Chuck Swinney, owner of Chesley Creek Farm Cottages who also serves on the Tourism Council, agrees. “For me, it’s been a very busy cottages at Chesley Creekyear, one of my best, with a lot of tourism coming from the Best Western.”

Although it’s hard to track how guests are finding him, Swinney believes the EDA advertising on the state website and now getting into more print advertising can only help. “We’re trying to focus on getting people from within a 2- to 3-hour drive,” said Swinney, who has been in the lodging business for 16 years.

“It sounds good to have that amount of money coming in,” Swinney added. “It means people are doing business in the county. We have just about everything we need here in Greene County now.”

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Pauline Hovey is the Greene County Field Officer for the Free Enterprise Forum a privately funded public policy organization.  If you find this report helpful, please consider supporting the Free Enterprise Forum.  To learn more visit www.freeenterpriseforum.org

Photo Credits : Greene County, Best Western, Chesley Creek Farm

Greene County Supervisors’ Decisions Indicative of Adapting to Change

By Pauline O. Hovey

The Greene County Board of Supervisors indicated its willingness to adapt to changes in the county landscape yesterday by voting unanimously to grant a special use permit to Bruce Shifflett for his Lydia Mountain Lodge & Cabins, a tourist attraction located in an area zoned C-1, Conservation. The permit will allow Shifflett to add outdoor recreational activities, including all-season tubing, a zip line, and an ATV trail to his Mountain Laurel Pass property. In addition, earlier that day, in a workshop with the School Board and architect SHW Group concerning the proposed school facilities project, supervisors agreed to move forward with a public hearing for January 11, 2011, for an estimated $5.3 million loan.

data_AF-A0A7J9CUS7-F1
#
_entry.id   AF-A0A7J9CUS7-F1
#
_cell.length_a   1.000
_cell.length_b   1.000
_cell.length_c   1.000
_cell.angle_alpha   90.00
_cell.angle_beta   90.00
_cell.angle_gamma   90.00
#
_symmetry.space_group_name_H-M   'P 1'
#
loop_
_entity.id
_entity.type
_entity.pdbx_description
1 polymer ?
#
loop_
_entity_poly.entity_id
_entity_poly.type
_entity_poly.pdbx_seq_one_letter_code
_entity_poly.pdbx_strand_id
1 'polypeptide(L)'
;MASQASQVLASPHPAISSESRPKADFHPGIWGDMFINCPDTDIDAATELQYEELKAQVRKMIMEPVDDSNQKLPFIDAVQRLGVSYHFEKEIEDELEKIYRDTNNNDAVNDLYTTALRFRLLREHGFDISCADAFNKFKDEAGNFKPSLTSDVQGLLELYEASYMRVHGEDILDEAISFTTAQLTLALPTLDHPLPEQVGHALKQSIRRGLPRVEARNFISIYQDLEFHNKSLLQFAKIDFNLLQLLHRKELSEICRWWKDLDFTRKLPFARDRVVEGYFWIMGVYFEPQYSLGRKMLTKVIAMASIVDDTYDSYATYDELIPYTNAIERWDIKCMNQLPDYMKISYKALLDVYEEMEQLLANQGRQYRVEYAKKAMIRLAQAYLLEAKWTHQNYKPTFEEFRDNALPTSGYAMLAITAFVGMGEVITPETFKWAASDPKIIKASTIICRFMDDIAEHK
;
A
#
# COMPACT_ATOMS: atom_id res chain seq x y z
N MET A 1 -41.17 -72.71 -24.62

Tuesday’s full schedule began with the 4:30 p.m. workshop where the SHW Group representative Bill Bradley presented several very detailed handouts outlining base bids, lump sum allowances, and nine unit price allowances for additional excavation to the high school’s athletic facilities and Performing Arts Center. In addition, pricing for alternates such as baseball and softball bleachers, dugouts, and other upgrades were provided in 14 separate items. Five firms bid on the project, ranging from $3.8 million to $5.3 million, not including the alternates. Supervisor Jim Frydl (Ruckersville), who served on the project Steering Committee, commended the architectural firm for providing “professional guidance and expertise. They did a good job of estimating things out, costs vs. need.”